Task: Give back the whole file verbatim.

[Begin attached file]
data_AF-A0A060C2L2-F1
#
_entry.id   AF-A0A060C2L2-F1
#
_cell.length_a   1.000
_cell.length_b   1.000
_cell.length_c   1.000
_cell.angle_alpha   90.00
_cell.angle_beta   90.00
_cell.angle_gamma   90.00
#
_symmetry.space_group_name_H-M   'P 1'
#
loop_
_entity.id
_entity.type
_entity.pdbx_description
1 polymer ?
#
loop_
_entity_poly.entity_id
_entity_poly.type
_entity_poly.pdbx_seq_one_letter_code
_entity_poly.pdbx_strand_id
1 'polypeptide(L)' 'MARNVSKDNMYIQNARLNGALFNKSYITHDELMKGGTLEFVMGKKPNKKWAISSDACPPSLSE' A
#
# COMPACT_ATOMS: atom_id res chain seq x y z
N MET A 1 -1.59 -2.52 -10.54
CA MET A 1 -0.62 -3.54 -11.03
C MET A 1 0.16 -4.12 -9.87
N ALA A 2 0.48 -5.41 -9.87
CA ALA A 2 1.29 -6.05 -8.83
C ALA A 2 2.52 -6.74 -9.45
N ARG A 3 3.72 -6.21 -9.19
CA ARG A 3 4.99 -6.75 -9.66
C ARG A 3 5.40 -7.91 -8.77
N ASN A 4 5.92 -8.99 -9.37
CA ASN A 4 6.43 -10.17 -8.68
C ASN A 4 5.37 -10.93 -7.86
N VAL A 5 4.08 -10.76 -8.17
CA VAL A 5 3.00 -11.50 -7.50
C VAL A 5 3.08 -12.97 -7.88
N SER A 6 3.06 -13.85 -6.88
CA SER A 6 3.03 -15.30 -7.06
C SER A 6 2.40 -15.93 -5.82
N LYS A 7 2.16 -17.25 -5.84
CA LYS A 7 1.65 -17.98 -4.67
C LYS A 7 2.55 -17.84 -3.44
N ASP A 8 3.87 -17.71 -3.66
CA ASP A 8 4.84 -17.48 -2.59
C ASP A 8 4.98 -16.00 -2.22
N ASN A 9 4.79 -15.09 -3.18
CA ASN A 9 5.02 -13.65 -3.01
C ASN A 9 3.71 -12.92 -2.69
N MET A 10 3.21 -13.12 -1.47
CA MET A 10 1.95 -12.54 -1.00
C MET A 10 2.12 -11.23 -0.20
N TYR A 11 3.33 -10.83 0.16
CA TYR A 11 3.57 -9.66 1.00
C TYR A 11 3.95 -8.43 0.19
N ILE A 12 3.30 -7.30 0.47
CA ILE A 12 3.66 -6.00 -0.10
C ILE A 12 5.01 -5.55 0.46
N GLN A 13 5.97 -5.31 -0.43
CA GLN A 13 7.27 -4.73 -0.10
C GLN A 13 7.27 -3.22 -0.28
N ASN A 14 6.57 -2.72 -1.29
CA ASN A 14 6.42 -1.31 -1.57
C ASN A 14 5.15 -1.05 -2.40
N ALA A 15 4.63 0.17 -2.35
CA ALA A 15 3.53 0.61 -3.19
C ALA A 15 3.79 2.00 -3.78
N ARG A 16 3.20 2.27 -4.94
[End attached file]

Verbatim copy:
data_AF-A0A060C2L2-F1
#
_entry.id   AF-A0A060C2L2-F1
#
_cell.length_a   1.000
_cell.length_b   1.000
_cell.length_c   1.000
_cell.angle_alpha   90.00
_cell.angle_beta   90.00
_cell.angle_gamma   90.00
#
_symmetry.space_group_name_H-M   'P 1'
#
loop_
_entity.id
_entity.type
_entity.pdbx_description
1 polymer ?
#
loop_
_entity_poly.entity_id
_entity_poly.type
_entity_poly.pdbx_seq_one_letter_code
_entity_poly.pdbx_strand_id
1 'polypeptide(L)' 'MARNVSKDNMYIQNARLNGALFNKSYITHDELMKGGTLEFVMGKKPNKKWAISSDACPPSLSE' A
#
# COMPACT_ATOMS: atom_id res chain seq x y z
N MET A 1 -1.59 -2.52 -10.54
CA MET A 1 -0.62 -3.54 -11.03
C MET A 1 0.16 -4.12 -9.87
N ALA A 2 0.48 -5.41 -9.87
CA ALA A 2 1.29 -6.05 -8.83
C ALA A 2 2.52 -6.74 -9.45
N ARG A 3 3.72 -6.21 -9.19
CA ARG A 3 4.99 -6.75 -9.66
C ARG A 3 5.40 -7.91 -8.77
N ASN A 4 5.92 -8.99 -9.37
CA ASN A 4 6.43 -10.17 -8.68
C ASN A 4 5.37 -10.93 -7.86
N VAL A 5 4.08 -10.76 -8.17
CA VAL A 5 3.00 -11.50 -7.50
C VAL A 5 3.08 -12.97 -7.88
N SER A 6 3.06 -13.85 -6.88
CA SER A 6 3.03 -15.30 -7.06
C SER A 6 2.40 -15.93 -5.82
N LYS A 7 2.16 -17.25 -5.84
CA LYS A 7 1.65 -17.98 -4.67
C LYS A 7 2.55 -17.84 -3.44
N ASP A 8 3.87 -17.71 -3.66
CA ASP A 8 4.84 -17.48 -2.59
C ASP A 8 4.98 -16.00 -2.22
N ASN A 9 4.79 -15.09 -3.18
CA ASN A 9 5.02 -13.65 -3.01
C ASN A 9 3.71 -12.92 -2.69
N MET A 10 3.21 -13.12 -1.47
CA MET A 10 1.95 -12.54 -1.00
C MET A 10 2.12 -11.23 -0.20
N TYR A 11 3.33 -10.83 0.16
CA TYR A 11 3.57 -9.66 1.00
C TYR A 11 3.95 -8.43 0.19
N ILE A 12 3.30 -7.30 0.47
CA ILE A 12 3.66 -6.00 -0.10
C ILE A 12 5.01 -5.55 0.46
N GLN A 13 5.97 -5.31 -0.43
CA GLN A 13 7.27 -4.73 -0.10
C GLN A 13 7.27 -3.22 -0.28
N ASN A 14 6.57 -2.72 -1.29
CA ASN A 14 6.42 -1.31 -1.57
C ASN A 14 5.15 -1.05 -2.40
N ALA A 15 4.63 0.17 -2.35
CA ALA A 15 3.53 0.61 -3.19
C ALA A 15 3.79 2.00 -3.78
N ARG A 16 3.20 2.27 -4.94